Paulin's lively considerations of "the aesthetics of dissent" draw together two human fundamentals: language and politics. In the title essay, we are reminded that Defoe had "a consistent belief in tolerance and forgiveness".
He was fearlessly outspoken, maintaining that Queen Anne had "no more title to the crown than my lord mayor's horse". Joyce rightly (if immodestly) saw Robinson Crusoe as our national epic: "The English Ulysses."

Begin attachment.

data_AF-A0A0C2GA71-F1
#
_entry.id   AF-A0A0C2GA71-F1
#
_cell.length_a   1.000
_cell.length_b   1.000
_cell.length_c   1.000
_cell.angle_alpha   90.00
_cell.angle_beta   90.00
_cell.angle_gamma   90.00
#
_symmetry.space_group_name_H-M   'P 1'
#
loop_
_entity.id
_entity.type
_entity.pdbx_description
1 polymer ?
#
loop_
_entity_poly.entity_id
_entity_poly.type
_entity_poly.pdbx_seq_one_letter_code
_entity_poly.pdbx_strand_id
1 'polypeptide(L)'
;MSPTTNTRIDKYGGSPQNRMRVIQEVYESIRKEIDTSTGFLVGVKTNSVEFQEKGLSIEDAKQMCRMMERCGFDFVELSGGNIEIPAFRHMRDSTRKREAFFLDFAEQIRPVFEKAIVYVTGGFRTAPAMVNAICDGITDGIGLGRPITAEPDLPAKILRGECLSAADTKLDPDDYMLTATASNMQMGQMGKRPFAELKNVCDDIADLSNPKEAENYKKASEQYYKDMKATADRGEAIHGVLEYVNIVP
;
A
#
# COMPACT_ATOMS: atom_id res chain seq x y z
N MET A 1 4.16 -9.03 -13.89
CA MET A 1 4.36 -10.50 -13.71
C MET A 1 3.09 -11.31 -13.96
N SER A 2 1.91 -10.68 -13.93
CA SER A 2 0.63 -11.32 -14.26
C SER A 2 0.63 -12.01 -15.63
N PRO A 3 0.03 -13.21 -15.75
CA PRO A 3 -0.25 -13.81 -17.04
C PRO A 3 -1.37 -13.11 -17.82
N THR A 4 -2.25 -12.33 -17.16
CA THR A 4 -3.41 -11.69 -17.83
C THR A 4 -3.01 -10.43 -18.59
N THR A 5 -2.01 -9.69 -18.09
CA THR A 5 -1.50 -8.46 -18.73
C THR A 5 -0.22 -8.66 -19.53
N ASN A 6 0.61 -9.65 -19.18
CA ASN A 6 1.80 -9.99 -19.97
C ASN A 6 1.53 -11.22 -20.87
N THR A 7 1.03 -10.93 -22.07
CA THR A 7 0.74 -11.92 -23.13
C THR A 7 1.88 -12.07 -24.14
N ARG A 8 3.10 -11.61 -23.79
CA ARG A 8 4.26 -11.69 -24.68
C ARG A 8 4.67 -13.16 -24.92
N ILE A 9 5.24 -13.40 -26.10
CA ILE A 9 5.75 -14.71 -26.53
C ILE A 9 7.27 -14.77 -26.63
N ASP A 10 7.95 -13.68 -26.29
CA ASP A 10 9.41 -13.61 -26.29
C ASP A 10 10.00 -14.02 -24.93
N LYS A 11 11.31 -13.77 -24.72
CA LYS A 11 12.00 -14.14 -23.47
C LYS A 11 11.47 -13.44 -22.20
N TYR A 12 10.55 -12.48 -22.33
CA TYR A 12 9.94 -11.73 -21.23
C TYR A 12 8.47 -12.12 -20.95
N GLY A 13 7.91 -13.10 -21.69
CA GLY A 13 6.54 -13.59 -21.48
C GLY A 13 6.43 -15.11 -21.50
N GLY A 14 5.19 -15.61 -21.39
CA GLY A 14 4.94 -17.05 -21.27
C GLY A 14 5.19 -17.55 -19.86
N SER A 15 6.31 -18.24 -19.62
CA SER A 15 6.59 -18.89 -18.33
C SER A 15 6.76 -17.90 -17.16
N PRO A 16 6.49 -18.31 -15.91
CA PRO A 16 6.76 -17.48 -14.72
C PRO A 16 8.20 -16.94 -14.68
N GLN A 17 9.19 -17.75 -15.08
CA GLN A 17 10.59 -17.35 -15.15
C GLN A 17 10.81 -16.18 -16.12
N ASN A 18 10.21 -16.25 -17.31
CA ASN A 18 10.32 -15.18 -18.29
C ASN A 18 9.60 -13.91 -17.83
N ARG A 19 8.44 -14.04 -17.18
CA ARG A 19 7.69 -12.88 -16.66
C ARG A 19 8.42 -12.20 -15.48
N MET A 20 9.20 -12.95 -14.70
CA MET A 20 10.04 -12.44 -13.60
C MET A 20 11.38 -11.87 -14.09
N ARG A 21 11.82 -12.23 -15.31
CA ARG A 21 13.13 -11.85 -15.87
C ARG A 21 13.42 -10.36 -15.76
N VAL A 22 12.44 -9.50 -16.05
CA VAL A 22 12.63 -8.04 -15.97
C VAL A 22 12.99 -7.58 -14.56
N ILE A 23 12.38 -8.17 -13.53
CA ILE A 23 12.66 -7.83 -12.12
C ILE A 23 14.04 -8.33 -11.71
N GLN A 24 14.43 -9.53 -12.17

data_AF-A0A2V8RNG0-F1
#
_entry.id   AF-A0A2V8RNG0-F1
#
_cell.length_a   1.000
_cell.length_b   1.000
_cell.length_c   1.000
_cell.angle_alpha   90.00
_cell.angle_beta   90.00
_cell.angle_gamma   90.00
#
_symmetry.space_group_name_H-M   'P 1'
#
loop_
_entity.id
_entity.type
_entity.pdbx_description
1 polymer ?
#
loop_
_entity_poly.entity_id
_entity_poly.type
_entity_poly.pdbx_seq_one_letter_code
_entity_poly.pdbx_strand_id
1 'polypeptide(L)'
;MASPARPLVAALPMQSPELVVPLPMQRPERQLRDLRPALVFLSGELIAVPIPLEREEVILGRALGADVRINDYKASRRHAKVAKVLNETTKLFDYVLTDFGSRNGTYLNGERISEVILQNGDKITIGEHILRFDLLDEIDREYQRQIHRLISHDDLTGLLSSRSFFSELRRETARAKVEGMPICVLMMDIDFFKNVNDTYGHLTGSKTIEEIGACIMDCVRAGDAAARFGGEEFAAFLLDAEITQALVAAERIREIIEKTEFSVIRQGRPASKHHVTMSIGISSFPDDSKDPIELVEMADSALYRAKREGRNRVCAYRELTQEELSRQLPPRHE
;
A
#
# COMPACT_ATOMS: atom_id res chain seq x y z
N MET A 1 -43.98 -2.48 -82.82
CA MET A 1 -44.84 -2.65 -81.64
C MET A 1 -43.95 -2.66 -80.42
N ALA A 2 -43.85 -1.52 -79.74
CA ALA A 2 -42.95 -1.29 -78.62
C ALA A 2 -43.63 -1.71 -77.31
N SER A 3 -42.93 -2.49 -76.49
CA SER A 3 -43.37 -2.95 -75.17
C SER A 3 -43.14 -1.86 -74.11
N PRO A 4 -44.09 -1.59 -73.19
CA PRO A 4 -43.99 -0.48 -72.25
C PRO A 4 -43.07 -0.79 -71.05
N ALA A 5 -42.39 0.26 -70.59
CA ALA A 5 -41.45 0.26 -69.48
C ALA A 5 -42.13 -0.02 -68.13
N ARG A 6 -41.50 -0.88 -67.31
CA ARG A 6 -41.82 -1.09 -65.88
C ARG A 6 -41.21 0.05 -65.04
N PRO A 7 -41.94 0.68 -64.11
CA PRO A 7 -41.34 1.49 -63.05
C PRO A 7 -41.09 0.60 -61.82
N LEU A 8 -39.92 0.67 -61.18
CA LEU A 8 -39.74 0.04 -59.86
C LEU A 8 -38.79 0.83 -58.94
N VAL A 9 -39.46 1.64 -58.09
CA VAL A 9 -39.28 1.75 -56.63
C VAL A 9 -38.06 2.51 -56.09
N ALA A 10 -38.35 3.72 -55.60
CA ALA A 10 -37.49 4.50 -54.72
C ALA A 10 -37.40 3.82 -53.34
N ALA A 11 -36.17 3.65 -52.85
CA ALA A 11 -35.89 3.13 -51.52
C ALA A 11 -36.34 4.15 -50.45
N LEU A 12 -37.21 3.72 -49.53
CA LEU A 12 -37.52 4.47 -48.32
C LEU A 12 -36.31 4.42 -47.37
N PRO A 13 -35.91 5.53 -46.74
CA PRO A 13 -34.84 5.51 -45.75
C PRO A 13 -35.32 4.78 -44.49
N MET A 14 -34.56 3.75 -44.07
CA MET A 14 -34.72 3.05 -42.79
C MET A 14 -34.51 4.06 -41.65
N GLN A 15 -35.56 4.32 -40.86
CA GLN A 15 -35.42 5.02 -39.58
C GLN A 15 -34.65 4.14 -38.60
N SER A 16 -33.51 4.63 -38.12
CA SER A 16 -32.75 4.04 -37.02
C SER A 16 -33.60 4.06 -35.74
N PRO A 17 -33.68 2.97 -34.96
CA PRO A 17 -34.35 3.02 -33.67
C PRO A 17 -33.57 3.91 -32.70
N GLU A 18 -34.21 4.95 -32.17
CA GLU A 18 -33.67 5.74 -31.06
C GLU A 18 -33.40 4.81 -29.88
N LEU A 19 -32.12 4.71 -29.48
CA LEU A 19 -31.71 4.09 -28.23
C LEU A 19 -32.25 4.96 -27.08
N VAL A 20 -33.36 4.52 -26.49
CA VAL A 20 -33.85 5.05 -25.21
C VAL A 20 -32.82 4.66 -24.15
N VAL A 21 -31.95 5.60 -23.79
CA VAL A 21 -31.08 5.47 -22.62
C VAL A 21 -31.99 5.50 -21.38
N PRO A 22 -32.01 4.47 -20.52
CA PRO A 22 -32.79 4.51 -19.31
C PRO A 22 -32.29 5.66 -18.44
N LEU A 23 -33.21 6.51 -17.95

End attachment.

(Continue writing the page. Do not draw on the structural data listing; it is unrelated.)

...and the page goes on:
Paulin reminds us how phrases echo down the centuries. Milton still hits the bull's eye now: "A king must be ador'd like a Demigod... among the perpetual bowings and cringings of an abject people."
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